On their day Bangladesh can beat anyone, especially in the shortened forms of the day.
But it has been their ability to string together consistent performances that has been their story since entering international cricket. The Bangladeshis are as likely to score 200 in a T20 match as they are likely to be bowled out for 40.
They have played 24 T20 internationals, winning eight and losing 16. Most of their wins have come against associate teams but can boast of having winning records against two Test-playing nations.
They have played the West Indies on three occasions and have won two of those matches and have defeated Zimbabwe in their solitary T20 international encounter.
They are fortunate to be in Zone D along with the struggling New Zealand and the talented but highly unpredictable Pakistan. Two solid performances could see them advance past the preliminary rounds.
The spinning tracks in Sri Lanka will suit their predominantly spin-based attack and in Abdur Razzak, Shakib Al Hasan and Mahmudullah they have three bowlers who can thrive in the conditions. Razzak has been their best bowler in T20s, snaring 33 wickets in 21 matches at an economy rate of 6.64.
But it is not their bowling that has been Bangladesh’s main problem over the years, it is woefully inconsistent batting that has been their biggest headache.
This is best exemplified by Mohammad Ashraful. Scorer of a Test hundred at age 17, Ashraful has been in and out of the side more often than the number of verbal gaffes made by former US President George Bush Jr. But Bangladesh selectors have persisted with him because he is a potential match-winner.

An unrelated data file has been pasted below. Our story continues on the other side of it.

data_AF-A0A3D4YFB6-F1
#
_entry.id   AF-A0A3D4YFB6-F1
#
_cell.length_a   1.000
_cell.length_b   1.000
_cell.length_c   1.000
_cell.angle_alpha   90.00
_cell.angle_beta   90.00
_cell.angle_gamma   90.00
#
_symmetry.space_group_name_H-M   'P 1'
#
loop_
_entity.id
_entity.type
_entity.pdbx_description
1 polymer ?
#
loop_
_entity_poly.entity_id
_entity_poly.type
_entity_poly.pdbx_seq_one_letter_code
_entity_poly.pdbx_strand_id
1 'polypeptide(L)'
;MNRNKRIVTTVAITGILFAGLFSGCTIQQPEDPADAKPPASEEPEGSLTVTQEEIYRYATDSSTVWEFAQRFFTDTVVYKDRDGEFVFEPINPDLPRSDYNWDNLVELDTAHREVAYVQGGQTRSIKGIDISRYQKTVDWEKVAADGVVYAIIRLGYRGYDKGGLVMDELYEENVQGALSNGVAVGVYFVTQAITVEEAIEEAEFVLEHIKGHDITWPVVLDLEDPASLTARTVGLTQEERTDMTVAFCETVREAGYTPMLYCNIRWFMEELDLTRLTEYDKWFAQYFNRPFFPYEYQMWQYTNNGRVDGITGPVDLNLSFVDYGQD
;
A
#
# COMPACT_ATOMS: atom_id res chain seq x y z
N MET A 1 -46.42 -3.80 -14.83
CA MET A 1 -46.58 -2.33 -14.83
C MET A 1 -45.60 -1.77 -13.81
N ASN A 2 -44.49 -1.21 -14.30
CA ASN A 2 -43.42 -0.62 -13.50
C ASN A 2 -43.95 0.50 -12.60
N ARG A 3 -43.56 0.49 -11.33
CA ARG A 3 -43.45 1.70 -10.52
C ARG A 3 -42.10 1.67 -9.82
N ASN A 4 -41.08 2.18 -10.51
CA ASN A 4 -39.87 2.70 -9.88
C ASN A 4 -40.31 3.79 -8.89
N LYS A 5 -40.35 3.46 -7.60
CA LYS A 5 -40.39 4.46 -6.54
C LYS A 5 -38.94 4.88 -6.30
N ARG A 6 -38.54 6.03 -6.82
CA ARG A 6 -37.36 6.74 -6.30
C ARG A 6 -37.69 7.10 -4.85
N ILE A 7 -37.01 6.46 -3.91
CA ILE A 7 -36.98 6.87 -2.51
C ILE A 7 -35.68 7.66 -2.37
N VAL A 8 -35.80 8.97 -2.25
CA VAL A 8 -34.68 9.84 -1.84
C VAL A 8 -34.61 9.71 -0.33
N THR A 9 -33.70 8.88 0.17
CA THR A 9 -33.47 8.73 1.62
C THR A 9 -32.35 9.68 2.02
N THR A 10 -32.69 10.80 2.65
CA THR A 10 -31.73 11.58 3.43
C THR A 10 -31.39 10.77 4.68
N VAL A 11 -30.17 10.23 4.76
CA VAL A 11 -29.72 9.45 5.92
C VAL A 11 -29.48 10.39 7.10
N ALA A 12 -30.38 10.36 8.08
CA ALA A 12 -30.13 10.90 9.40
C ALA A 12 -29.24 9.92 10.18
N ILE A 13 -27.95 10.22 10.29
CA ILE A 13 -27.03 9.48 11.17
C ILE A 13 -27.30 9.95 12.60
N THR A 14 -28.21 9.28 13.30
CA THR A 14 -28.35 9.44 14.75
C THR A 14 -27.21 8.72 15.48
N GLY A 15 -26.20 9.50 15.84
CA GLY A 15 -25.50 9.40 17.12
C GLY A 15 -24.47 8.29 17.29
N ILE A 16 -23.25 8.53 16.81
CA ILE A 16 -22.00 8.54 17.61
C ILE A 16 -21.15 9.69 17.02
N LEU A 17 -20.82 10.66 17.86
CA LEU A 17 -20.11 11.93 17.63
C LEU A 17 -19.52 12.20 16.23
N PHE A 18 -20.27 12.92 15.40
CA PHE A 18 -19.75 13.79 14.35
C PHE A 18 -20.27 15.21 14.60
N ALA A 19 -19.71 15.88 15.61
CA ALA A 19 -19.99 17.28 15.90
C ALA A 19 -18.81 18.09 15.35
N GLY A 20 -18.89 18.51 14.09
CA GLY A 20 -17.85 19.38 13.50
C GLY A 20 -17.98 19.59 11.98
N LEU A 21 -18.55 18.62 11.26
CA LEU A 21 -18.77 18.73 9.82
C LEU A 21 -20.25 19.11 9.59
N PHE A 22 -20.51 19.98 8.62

New coach Richard Pybus has pushed him up the order to open the batting and it has so far brought about a tad more consistency in his batting.
But the three who are expected to carry the batting are captain Musfiqur Rahim, Al Hasan and the highly talented Tamim Iqbal.
Iqbal has the most runs for Bangladesh in this format, with 419 in 21 matches at a strike rate of 100. 23. Al Hasan is rated among the best all-rounders in the world in the shorter forms of the game and a good tournament from him could be the impetus to take Bangladesh into at least the last eight. Rahim’s pugnacious attitude and never-say-die style of leadership could be pivotal toward any success they achieve in the competition.
The talented 20-year-old Nasir Hossain is another in the all-round mould to look out for during the tournament. For all their inconsistency, Bangladesh can be a dangerous side.
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